The industry’s problems don’t begin and end with hiring, either. They’re also entrenched in the machinery of capital raising. The Pitchbook database reveals that venture capitalists invested $58.2 billion in companies with all-male founders in 2016, while women received just $1.46 billion in VC money. And for many of the same reasons. Venture capitalists are overwhelmingly white and male, and the cognitive bias toward pattern-matching means they keep backing the same kinds of founders and the same kinds of companies—repeating the same pattern and expecting a different result— the popular definition of “madness.” Clearly the sane thing to do would be to give up and leave companies like Uber in the hands of men that Arianna Huffington apparently described as “brilliant jerks” (provoking eyerolls everywhere). But fortunately there’s an increasing number of women in Silicon Valley who are determined to not only stay in an industry that keeps kicking them in the shins, but also give it the specific tools it needs to change.

For instance, Project Include is a community effort to improve diversity and inclusion in tech companies, and it’s aimed specifically at early- to mid-stage tech startups—companies that have fewer than 500 employees. The eight women who launched the project are all senior figures in tech, including Ellen Pao, the former CEO of Reddit who was a junior partner at Kleiner Perkins, one of the Valley’s most storied venture capital firms. She brought a case against them for gender discrimination in 2012, which she lost but which shone much-needed light to the endemic bias in tech culture. Erica Joy Baker is a senior engineer at Slack, and spends an enormous amount of her time writing about and advocating for diversity and inclusion in the industry. Tracy Chou, an engineer at Pinterest, started the important work of collecting and disclosing company diversity data with a Github repository collecting numbers on women in engineering.

The whole team at Project Include brings a wealth of practical experience, but what sets the effort apart is the way in which they present a set of specific, actionable recommendations that early-stage founders and managers can put in place right away. The project isn’t about diversity as a “worthy goal” to be put on a company’s work plan for “someday-maybe.” It’s a practical toolkit around culture, hiring, remuneration, and advancement, backed by research and data, that can be implemented immediately.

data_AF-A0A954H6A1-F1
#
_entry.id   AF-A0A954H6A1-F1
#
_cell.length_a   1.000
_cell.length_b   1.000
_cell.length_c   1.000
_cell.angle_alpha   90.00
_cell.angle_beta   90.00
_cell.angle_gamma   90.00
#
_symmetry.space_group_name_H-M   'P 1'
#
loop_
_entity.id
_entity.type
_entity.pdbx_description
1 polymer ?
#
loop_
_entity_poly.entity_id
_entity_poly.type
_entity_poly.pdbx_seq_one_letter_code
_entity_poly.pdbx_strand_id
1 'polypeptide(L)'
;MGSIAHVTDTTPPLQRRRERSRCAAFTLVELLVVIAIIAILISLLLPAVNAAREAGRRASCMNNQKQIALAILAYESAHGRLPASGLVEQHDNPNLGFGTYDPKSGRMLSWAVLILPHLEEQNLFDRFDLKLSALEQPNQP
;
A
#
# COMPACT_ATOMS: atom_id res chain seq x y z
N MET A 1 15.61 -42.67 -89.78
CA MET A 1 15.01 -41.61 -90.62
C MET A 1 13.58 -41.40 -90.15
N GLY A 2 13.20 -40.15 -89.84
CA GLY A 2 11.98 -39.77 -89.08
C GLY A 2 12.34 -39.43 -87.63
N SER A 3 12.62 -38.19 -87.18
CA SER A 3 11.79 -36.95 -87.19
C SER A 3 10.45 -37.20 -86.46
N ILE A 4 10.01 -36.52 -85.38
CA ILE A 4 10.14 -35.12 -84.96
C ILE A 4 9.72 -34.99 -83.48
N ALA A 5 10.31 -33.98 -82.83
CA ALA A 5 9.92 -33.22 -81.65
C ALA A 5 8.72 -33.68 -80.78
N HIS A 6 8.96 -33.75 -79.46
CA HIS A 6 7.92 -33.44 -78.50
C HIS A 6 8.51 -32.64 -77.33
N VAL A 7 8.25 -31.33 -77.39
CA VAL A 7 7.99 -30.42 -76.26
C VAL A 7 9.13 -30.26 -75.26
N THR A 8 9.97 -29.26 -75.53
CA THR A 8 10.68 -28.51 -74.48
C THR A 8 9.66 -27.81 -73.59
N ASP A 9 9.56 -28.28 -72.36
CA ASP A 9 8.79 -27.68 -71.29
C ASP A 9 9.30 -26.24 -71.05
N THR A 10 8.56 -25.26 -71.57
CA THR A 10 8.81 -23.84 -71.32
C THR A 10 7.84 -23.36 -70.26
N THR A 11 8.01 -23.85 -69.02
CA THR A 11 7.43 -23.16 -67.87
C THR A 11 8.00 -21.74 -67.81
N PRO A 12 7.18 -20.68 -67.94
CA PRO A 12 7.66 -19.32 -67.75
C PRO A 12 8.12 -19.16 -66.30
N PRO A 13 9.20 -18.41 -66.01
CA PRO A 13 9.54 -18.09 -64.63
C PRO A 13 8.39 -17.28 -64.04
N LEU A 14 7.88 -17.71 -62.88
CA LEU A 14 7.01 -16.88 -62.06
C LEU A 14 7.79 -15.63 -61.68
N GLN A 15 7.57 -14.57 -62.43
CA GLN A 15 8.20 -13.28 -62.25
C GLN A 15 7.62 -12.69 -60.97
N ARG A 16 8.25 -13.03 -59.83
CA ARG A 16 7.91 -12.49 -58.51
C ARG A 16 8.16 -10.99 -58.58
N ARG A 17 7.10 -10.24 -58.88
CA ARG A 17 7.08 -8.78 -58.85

It’s this commitment to change from within that’s really inspiring. In establishing the Refactor events here in New Zealand, my partners and I spent a long time thinking about how to position an event that would connect and empower women working in the tech sector. Refactoring is a concept that describes the process of changing a software system. Refactoring fixes the internal structure so that the system works much better externally. It’s not about adding new features, but about reconstructing and improving what’s already there. In choosing the name “Refactor,” we wanted to emphasize that to keep improving the tech industry, we need to empower women to not only stay but get to the top—at the head of teams, in board positions, on the speaker line-ups at conferences, and as visible leaders to inspire an incoming generation of smart women. The Refactor events focus on women telling their own stories—a series of short talks about career journeys and passion projects. Over the five years we’ve been running the events we’ve heard from someone who started out as a hairdresser and ended up as Head of Corporate IT for an international airline and from some- one who taught herself data visualization for fun in her spare time. We’ve heard from CEOs and founders, and from students who are just starting out and obsessing over electric cars.

It takes a kind of madness to stay in a field that’s excluded and mistreated you—both in the sense that it’s irrational, and in the sense that it can be bad for your mental health.

We need to start to tell these stories more often, the stories of women who are forging their own paths. Women like Kimberly Bryant, who founded Black Girls Code to provide young girls of color opportunities to learn in-demand skills in technology and computer programming. Tiffani Ashley Bell, whose Detroit water project The Human Utility has helped people around the world donate to pay the water bills of more than 900 families who would otherwise have been disconnected. Laura Gómez, founder of Atipica, a data-driven HR-tech company that addresses bias in recruiting with machine learning. Julia Hartz, the cofounder and CEO of Eventbrite, which earned the “unicorn” badge with its 2014 fundraising round valuing the company at over $1 billion. Arlan Hamilton, who founded Backstage Capital, a venture capital firm backing female, minority, and LGBT entrepreneurs, and is now being credited by establishment VCs for backing companies that they themselves would never have even seen. Jessica Matthews, whose company Uncharted Play has developed kinetic energy-harnessing products that can produce a source of clean energy for developing communities.

It takes a kind of madness to stay in a field that’s excluded and mistreated you—both in the sense that it’s irrational, and in the sense that it can be bad for your mental health. Those that do need to hear these stories. So they know they’re not alone. So founders start to see that not all successful companies follow the same predictable template. So investors start to put pressure on the companies they back to make change. So customers have alternatives and can vote with their wallets to support diverse and inclusive businesses. And so the next generation of passionate, hard-working and creative young women considering a career in our industry won’t need to stuff their trousers with straw.

This feature originally appeared in the Madness issue. Find more inspiring stories from the Madness issue here, read the Editorial Note from our Madness issue or The Rise of Womenpreneurs.